How LocaleBadger Works

Installing the LocaleBadger GitHub App

  • To install LocaleBadger, follow the link to the LocaleBadger GitHub app page
  • application page
    LocaleBadger page.
  • Select the GitHub account where you want to install LocaleBadger.
  • install
    Installing LocaleBadger in an account.
  • Grant access to the repositories you want LocaleBadger to monitor for translations.
  • repository access
    Granting access to individial repositories.



  • In the root level of your application, create a file named .translate.yml.
  • configuration file
    Example of a configuration file.
  • The root field sets the directory for the language files. For example, locales is a standard location for React projects.
  • The src field defines the locale of the original texts. For instance, en for English. The folder locales/en will store the source language files.
  • The dst field defines the locales you want to translate to, such ases for Spanish or fr for French. The folder locales/es will store the translated files. You can set multiple locales.
locale files
English locale files.

Translation API Key

  • LocaleBadger relies on third-party service providers like Google Cloud Translate for translations. To have control over expenditures, users need to provide an API key. Google allows users to create dedicated keys and set budget limits. To create a Google Cloud Translate API key, go to API Key Setup
  • To limit usage quota, visit Usage Quota Limit
  • Open LocaleBadger's management page and log in with your GitHub account.
  • Click Edit Installation to set the Google Cloud Translate API key.

How LocaleBadger Works

  • Pull Request Creation: When a pull request is created, LocaleBadger scans the affected files and detects changes in language files.
  • Pull Request Update: When a pull request is updated by merging branches or pushing additional commits, LocaleBadger scans the affected files for changes in language files.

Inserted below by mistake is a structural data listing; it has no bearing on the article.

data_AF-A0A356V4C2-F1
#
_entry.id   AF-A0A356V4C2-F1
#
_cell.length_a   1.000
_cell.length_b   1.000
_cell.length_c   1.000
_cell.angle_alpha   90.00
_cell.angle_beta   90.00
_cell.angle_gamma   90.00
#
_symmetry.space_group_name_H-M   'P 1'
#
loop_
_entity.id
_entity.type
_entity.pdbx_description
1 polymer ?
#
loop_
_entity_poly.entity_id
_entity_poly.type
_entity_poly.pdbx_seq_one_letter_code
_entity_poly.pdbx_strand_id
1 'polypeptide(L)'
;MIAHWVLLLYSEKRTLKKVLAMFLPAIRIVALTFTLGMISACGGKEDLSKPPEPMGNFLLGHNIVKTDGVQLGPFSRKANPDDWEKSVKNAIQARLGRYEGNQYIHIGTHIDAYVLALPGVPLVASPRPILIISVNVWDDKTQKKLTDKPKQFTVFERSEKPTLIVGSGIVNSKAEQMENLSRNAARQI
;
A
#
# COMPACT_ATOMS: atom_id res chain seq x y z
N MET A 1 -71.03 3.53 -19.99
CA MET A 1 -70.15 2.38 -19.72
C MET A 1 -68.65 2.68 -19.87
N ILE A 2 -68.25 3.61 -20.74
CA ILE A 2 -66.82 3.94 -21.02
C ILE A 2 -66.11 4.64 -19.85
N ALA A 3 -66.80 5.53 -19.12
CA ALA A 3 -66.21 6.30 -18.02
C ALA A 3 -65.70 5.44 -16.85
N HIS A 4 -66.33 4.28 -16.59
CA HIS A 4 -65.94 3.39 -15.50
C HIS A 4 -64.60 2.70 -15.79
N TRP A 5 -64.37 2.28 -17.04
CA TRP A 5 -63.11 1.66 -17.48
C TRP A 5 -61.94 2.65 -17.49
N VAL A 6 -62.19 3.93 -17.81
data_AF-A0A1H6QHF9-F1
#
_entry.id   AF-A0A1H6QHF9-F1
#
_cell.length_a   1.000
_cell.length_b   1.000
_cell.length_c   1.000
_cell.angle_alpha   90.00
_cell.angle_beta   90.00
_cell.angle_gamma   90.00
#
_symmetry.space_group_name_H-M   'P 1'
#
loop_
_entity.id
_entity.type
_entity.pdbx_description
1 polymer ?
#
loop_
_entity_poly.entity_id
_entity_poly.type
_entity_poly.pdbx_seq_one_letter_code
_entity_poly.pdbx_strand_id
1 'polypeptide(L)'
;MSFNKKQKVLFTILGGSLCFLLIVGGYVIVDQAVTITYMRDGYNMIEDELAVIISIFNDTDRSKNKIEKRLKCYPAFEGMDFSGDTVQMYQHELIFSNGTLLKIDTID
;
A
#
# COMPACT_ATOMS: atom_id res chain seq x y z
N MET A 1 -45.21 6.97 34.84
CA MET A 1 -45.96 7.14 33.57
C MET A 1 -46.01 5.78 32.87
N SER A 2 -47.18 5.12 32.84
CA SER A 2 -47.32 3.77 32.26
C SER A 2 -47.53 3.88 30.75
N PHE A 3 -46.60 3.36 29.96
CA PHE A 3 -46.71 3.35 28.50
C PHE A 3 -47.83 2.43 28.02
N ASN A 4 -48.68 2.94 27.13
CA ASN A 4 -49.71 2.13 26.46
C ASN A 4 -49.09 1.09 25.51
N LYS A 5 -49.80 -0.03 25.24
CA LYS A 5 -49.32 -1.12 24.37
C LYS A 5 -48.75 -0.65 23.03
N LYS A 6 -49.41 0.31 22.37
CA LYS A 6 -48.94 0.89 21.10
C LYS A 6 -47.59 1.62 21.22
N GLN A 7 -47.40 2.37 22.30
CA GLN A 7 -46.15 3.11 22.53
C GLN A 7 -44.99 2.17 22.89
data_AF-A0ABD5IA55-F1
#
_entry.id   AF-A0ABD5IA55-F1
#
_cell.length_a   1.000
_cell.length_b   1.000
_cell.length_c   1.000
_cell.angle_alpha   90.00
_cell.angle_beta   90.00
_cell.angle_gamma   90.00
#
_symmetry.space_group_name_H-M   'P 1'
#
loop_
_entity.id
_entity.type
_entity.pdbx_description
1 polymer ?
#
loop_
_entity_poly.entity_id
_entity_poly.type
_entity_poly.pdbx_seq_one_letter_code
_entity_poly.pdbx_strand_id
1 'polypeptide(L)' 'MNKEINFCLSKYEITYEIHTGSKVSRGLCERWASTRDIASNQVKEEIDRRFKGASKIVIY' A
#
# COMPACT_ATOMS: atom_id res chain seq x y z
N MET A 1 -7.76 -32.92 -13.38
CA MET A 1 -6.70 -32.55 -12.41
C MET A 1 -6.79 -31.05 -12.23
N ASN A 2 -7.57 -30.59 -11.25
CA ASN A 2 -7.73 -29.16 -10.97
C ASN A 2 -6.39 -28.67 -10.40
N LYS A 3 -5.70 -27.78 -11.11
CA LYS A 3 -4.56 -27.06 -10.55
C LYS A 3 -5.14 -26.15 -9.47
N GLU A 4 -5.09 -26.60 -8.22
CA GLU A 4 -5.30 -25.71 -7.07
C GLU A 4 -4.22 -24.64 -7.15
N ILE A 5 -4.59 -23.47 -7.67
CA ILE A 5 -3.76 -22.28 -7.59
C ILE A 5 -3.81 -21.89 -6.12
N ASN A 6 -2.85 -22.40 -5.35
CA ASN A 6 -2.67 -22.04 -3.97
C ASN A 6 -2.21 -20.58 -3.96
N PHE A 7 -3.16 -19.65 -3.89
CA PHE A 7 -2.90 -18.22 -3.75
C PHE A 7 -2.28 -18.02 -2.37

• Commands: Users can enter commands in pull request comments to interact with LocaleBadger.

How LocaleBadger Keeps You Informed With Reactions

ReactionWhat LocaleBadger is doing
👀started working
👍🏻finished successfully
👎🏻finished because of an error
😕skipped translations

What LocaleBadger Does

  • Maintain Cleanliness: If an obsolete source language file is removed, LocaleBadger automatically removes its corresponding translations.
  • Fill the Gaps: When a new translation key is added, LocaleBadger adds the corresponding translations to the matching language files.
  • Surgical Updates: If the content of an existing key is modified, LocaleBadger updates only the corresponding translations in the matching language files.
  • Keep in Sync: If the configuration file is modified, such as adding a new language, LocaleBadger creates new translations for missing files.
  • Give You the Final Say: LocaleBadger creates a dedicated pull request based on your branch, allowing you to review its work and merge it if acceptable.


Mention @localebadger [COMMAND] in a pull request comment, and LocaleBadger will take action.

  • sync: Useful for first-time translations when LocaleBadger is installed on an existing project to jumpstart the translation process.
  • skip: when in a pull-request title or body, it will skip translations.
  • help: Provides helpful information by commenting on the pull request.

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